Pisces: Built by fishermen for fishermen

Using technology to transform the fishing industry
Fishermen working on a boat emptying cages
Illustration of a fishing boat

Sustainability – it’s one of the biggest challenges we face, and one which the fishing industry can drastically improve on. Bycatch and discards are a huge issue, and roughly one in five fish that are caught are discarded. This is equal to 27 million tonnes of discarded fish globally per year, which contributes to a staggering global loss of £1 billion across the industry. From a human perspective, no fisherman wants to catch a fish that they can’t land, and no one wants to throw dead fish back into the sea. It causes damage to the wallets of fishermen, as well as the world’s fish populations and waters as a whole.

“You can’t put a sign up on your net saying ‘No bass’, you catch what you catch.”

Fisherman, Brixham

A bright idea

Dan Watson, Founder and CEO of Safety Net Technologies (SNTech), created the concept of Pisces at university. He recognised that fish respond physiologically to light. Since then, Dan and his team have been building sophisticated LED systems that can change the behaviour of fish.

Pisces is a light-emitting device that attaches to fishing nets. Depending on how it’s programmed, it can use light to attract or repel certain fish species, improving fishermen’s chances of catching the right species, age and size of fish. This helps protect natural resources, reduce bycatch, and ensure that fish stocks are available for future generations.

The SNTech team recognised that something was missing from the development of Pisces. They needed to hear from fisher people, as their voice and opinion would be vital to the success of the product. With this in mind, they brought Snook on board to discover how fishing crews will buy, use, and maintain the Pisces product and provide direction on a service model.

Living like your user

We started our research journey at 5am at Brixham Fish Market. In order to understand and know how to meet differing needs, we developed relationships with various stakeholders through casual conversation and carried out research in two of the UK’s largest ports – Brixham and Newlyn. During research we spoke to:

Close up of fisherman's hands working with a lobster cage
  • 16 Fishermen and vessel owners
  • 3 NGOs
  • 5 Gear makers
  • 2 Suppliers
  • 4 Representatives of government bodies, including the Marine Management Organisation (MMO)

Creating, testing and learning

To truly understand how the product and service would work, over a one week period we built digital and physical prototypes. We also carried out a live service walkthrough, so that we knew what had to be done in terms of support before the product rolled out.

Key Insights

  • Integrating Pisces with existing gear would be key to uptake. Our original idea to install monitors was found to be unsuitable as fishermen already had too many. Providing downloadable software to install on the current monitors was a much more viable solution.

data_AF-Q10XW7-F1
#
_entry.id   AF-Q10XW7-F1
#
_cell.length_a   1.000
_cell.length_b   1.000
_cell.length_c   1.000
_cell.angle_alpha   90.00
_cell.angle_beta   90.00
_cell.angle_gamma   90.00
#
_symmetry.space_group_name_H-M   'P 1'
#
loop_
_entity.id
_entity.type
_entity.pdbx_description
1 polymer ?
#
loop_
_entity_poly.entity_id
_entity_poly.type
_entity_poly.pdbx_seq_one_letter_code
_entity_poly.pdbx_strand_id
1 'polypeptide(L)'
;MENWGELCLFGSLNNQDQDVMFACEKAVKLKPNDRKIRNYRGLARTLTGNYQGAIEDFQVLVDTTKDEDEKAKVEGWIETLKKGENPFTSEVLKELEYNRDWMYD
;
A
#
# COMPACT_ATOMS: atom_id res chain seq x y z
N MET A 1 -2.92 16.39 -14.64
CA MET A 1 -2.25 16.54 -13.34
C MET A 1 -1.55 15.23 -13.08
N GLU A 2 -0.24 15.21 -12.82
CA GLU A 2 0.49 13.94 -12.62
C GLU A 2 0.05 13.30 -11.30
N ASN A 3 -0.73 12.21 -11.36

• Although competitive, the fishing community is close-knit and word of mouth spreads quickly; this would help launch Pisces. With the efficient and fast pace of the industry, it was made clear that it was necessary for the service to be as straightforward and smooth running as possible.
  • Fishermen are innovative. It was fascinating to discover that fishermen are very adept at solving problems, whether putting glow sticks into cuttlefish pots, or attaching monitors on deck for the crew to see sonar and radar systems.
  • There is a strong sense of independence within the community, and there is little trust in external bodies that tell them how to do their job. However, there is also a willingness to try new practices to help create a better industry.

Building a design-led community

Throughout this project we worked as one with SNTech, cementing the process of user-research, iteration, and validation into every stage of continued product development. The organisation has now put co-design at the heart of its culture.

User research also enabled us to prioritise product iterations and service touchpoint development. We created a roadmap for product launch, breaking down the steps to enter into global markets.

We also built networks, relationships, and friendships that are invaluable to both SNTech and ourselves. An additional bonus of these relationships is that it can help build the support network needed to launch a new product into the fishing industry. We have helped to create ‘Pisces pioneers’ who are spreading the word, and who will be some of the first to adopt any new development or product, giving us an early insight into its use.

This was Innovate UK’s first pilot of applying design to the strategic framing of how products and services are developed in the UK.


Fishing boat in the sea